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compost activator? help

Posted by greengreen 8 (My Page) on
Thu, Mar 3, 11 at 14:21

i moved into a house with an un-contained compost pile out back (yes, it is simply a big heap)
we have a small kitchen bin that we dump out there & fold into the mix. i'd say that's it's mostly kitchen scraps, (i think that's all we ever throw in) and i've heard our neighbors dump leaves & ash over the fence, atop the pile to help as well.
i think the heap has been "going" for about 1.5 years & was told
that some ripe humus was utilized from it last spring for planting.

okay, so i have no experience managing a compost pile & have been trying to drag out/throw away the new growth (onions of various kinds/monster root veggies, etc) as it seems perhaps we should have either completely destroyed the root-systems of things like, say green onions/leeks & chopped-up things like old beets/potatoes before composting them.
is this correct??

it doesn't seem like we should have things growing in the compost heap.
am i wrong?
so now i'm worried the compost isn't going to be "ready" to use because it's got so much un-decomposed matter in it. i went to a nursery and got some *E.B. Whites organic compost maker* with plans to fold some in & cover the pile with a tarp to get things cooking even more. (under approval of nursery worker- of course she didn't see our compost tho)

so now i'm thinking perhaps we don't need more nitrogen (which is what the activator/
compost maker add, i believe) but if anything, more carbon(?) and certainly more time.
i don't know if i should even use the "compost maker" or if that will push the nitrogen:carbon ratio further out of whack. (assuming we have more "green" than "brown")
think i will mix it up a bunch & put some soil on top for now.

i could go on & on. but may be i should wait for some feedback first.

any advice would be much appreciated.
thanks in advance!

Follow-Up Postings:

RE: compost activator? help

My zone is much different than yours, although composting is basically the same.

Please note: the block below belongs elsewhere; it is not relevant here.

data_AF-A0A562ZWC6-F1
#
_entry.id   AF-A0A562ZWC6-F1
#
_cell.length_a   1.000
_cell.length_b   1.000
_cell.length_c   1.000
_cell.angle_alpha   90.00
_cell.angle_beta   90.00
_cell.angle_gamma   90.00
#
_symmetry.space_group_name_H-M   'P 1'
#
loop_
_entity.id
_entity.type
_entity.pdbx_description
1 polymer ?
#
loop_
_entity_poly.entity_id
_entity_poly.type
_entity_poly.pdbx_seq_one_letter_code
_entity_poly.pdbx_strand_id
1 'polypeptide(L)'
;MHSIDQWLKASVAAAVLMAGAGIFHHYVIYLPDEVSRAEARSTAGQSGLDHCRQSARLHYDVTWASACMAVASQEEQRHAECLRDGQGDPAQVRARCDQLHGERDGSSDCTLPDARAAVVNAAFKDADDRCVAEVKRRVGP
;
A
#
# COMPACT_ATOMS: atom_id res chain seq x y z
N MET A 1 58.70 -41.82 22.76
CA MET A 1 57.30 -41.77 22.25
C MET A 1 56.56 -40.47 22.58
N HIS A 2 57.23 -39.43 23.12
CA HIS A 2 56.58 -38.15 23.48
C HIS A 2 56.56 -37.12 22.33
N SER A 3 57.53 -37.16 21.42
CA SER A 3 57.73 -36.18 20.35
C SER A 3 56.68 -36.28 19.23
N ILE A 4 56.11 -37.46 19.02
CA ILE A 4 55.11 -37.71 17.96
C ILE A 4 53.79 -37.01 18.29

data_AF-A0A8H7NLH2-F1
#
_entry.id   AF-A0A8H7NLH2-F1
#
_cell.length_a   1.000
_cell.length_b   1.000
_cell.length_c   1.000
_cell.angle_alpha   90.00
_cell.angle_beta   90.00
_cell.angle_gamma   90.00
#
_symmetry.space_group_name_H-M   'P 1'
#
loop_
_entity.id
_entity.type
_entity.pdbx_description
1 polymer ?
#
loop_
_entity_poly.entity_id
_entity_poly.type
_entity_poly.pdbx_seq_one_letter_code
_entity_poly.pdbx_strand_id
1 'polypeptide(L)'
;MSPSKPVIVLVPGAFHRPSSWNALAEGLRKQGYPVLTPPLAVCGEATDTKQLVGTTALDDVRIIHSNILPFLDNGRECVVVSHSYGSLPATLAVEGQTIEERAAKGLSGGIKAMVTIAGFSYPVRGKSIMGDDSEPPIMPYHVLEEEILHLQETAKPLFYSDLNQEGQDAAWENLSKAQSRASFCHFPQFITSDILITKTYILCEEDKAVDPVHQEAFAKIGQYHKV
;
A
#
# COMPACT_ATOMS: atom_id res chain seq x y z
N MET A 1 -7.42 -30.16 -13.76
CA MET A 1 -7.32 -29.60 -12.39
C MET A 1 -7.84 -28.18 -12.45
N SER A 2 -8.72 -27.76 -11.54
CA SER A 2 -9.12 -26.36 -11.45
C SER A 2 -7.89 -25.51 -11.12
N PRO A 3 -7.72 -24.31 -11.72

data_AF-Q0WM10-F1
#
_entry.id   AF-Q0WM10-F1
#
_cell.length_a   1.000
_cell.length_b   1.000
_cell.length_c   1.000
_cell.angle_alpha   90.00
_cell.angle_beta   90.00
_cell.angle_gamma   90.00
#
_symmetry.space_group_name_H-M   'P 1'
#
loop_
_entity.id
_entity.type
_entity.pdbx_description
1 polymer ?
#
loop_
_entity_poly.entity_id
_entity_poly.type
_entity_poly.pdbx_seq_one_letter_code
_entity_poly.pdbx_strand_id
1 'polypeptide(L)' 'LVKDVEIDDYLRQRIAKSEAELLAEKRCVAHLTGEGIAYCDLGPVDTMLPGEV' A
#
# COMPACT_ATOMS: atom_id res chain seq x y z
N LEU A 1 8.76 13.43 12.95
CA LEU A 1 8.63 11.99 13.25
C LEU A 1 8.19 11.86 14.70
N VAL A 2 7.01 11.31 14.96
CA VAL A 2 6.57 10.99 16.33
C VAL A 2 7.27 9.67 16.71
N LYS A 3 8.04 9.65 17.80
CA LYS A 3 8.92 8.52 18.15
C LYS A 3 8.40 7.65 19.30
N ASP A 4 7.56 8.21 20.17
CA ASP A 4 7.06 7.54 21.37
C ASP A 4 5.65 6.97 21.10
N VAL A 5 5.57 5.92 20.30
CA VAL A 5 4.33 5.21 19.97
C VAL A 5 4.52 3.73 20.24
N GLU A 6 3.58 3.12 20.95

May I suggest the Florida Online Composting website at It's an awesome site and their virtual pile calculator is fun.

Also, check out your "neighbour" Jon E Hughes on YouTube to see what compost can do for your garden in Oregon. If you read this forum much, you'll learn soon who he is.

"Managing" your compost pile can be complicated, or simple, depending on how much of your time you want to take. Nature will, sooner or later, do it for you.

Good luck =:)

RE: compost activator? help

I'm not a fan of paying for stuff, when I can get it for free!. Manure is the best activator, used coffee grounds are great, as are grass clippings.
Don't worry about things growing in the compost, that just indicates it's a cold pile. It won't kill weed seeds and will take a lot longer than hot, but you'll end up with the same stuff in the end.
Your neighbours haven't been chucking pet waste in there have they? That WOULD be an issue.
Do you have room besde the existing pile to start another? Ideally you stop adding stuff and let one break down, while starting a fresh one.
If you can, gather some manure/clippings/coffee grounds, and start forking the unfinished compost into a new pile. Keep adding your manure/clippings/coffee grounds, mixing it in and watering if it's dry as you.
You want your pile to be at least 3.3ish feet cubed, or it won't heat up.
I cover my pile with burlap coffee sacks from a local roaster, which allow me to water through them while maintaining airflow and reducing evaporation.
One thing I find really useful is a keeping a (concealed!) cleaver and an old board by my pile to chop up stalks etc.
Or, it's early spring over there isn't it? You could just spread the whole lot over your beds, mulch heavily and start a new warned that unfinished compost can affect germination, so if you want to plant, say, carrots, I'd leave an area uncomposted.

RE: compost activator? help

thanks so much for the feedback.

- feijoas-

"Don't worry about things growing in the compost, that just indicates it's a cold pile."

- does that mean it would benefit from the "compost-maker" which is supposed to heat it up? i agree about making due with what's around/free for the gleaning, but i've already bought the activator & it is near early spring pretty much here.